And of course, Mr Owen, we understand and follow every word you say as you direct us. It is a great pleasure to serve under your chairmanship, but that pleasure is tempered by the disappointment that, once again, we have failed to receive the money resolution that would have allowed us to proceed.
It is genuinely always a pleasure to listen to the right hon. Member for Forest of Dean. I have said previously that his experience is invaluable in this Committee. Let me put on record the Opposition’s view that there is absolutely no question about the Boundary Commission’s integrity—none whatever. There is an issue, of course, about the guidance, which the right hon. Gentleman mentioned, that the House gives to the Boundary Commission when it makes its decisions and proposals.
The Bill would not reduce the number of constituencies, but it would allow an ever-so-slightly greater tolerance about the national average than the boundaries currently awaiting the House’s decision. It would allow for an equalisation of the size of constituencies, and a greater recognition of communities of interest around them, which make up an important part of the identity that electors feel with their parliamentary constituency. We absolutely want to progress to greater consistency across the numbers in parliamentary constituencies, because it is not helpful to have too great a divergence from the national average and constituencies of too great a size.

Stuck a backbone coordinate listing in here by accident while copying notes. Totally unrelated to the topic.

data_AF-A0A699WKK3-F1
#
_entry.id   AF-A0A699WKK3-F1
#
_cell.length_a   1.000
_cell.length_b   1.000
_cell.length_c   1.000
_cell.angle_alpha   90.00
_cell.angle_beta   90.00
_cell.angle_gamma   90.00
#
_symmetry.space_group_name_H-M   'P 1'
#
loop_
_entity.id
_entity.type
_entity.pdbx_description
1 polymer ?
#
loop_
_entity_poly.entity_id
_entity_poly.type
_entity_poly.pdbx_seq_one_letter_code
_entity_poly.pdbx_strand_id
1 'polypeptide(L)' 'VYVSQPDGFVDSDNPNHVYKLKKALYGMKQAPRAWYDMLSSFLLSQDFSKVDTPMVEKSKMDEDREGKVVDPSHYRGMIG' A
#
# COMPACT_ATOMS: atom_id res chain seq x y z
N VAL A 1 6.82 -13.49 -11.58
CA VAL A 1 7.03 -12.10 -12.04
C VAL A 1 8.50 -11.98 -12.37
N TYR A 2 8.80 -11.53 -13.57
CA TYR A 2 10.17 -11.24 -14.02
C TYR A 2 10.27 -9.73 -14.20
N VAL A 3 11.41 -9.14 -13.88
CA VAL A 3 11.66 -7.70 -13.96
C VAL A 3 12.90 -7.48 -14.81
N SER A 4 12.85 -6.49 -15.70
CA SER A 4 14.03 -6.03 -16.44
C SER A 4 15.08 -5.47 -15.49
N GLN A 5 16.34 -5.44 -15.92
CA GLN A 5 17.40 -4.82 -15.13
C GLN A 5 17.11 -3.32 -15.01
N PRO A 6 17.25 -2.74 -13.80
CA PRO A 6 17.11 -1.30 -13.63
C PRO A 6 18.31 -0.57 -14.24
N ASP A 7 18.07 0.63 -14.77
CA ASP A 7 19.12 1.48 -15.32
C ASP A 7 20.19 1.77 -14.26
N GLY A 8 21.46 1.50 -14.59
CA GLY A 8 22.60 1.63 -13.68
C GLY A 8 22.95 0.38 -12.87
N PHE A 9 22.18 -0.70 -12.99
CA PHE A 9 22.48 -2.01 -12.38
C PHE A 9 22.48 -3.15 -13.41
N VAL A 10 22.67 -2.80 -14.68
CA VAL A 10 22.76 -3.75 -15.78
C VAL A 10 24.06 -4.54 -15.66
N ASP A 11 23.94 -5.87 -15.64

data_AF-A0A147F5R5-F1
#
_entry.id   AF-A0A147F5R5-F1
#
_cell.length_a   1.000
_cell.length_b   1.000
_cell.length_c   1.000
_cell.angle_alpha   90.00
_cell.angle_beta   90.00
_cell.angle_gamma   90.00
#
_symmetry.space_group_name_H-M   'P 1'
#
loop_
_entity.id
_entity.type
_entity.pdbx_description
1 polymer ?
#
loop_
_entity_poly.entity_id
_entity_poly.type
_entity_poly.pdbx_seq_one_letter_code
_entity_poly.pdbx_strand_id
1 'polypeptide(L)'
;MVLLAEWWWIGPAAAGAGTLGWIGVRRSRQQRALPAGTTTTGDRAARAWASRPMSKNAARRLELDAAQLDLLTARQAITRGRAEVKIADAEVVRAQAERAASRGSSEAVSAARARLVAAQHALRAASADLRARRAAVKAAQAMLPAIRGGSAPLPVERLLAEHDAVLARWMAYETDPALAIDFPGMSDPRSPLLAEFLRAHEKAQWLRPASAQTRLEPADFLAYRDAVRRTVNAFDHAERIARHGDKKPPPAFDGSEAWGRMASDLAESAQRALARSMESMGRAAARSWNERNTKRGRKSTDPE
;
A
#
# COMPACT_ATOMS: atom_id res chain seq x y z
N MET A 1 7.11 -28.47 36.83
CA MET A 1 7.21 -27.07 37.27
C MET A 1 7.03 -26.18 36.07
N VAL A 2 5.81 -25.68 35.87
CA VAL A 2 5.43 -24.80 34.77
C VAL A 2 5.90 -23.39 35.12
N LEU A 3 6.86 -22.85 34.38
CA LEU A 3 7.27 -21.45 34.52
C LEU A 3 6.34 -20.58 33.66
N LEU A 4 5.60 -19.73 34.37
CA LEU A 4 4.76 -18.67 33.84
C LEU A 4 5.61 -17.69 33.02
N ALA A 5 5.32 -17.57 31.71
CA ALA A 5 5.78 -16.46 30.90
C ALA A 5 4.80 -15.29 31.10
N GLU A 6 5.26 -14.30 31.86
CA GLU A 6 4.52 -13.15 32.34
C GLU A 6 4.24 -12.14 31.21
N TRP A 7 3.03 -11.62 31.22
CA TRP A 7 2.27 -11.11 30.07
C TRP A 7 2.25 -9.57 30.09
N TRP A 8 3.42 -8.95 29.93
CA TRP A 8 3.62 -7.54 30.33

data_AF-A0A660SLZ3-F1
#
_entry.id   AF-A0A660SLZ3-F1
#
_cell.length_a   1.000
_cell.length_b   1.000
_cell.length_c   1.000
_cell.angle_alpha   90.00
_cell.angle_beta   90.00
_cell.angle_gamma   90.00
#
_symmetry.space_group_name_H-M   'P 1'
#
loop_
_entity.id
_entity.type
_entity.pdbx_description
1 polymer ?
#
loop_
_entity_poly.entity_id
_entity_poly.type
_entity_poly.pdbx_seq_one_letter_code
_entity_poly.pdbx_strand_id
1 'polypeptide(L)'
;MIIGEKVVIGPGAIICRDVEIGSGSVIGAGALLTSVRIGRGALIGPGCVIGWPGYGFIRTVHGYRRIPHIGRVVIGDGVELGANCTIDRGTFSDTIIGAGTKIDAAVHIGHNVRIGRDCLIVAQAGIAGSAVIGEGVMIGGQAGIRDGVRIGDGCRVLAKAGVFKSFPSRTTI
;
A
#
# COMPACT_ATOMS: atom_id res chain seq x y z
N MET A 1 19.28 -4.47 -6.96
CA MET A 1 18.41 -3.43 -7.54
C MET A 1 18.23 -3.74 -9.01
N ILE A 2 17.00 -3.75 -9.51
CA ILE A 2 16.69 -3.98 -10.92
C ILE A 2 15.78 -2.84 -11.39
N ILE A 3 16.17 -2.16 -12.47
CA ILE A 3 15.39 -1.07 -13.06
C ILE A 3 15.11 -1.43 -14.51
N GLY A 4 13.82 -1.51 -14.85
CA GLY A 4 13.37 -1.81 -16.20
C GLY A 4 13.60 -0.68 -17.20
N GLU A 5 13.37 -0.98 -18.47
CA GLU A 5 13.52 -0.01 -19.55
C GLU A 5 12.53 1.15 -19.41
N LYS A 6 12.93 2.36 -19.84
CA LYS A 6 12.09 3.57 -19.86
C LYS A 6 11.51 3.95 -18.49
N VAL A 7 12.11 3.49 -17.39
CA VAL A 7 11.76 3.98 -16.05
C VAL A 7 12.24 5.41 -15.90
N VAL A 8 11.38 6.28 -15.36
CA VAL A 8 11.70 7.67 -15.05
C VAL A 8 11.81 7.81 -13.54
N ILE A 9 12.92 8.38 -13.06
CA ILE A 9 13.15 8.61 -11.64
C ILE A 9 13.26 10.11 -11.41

Hundreds of thousands of voters were not on the register on which the existent boundary proposals were based, so there will inevitably be a great variation in the number of voters. It has been suggested to me that some of the inner-city seats in London might have well in excess of 100,000 residents—150,000 in two cases—but not voters, because people have fallen off the register.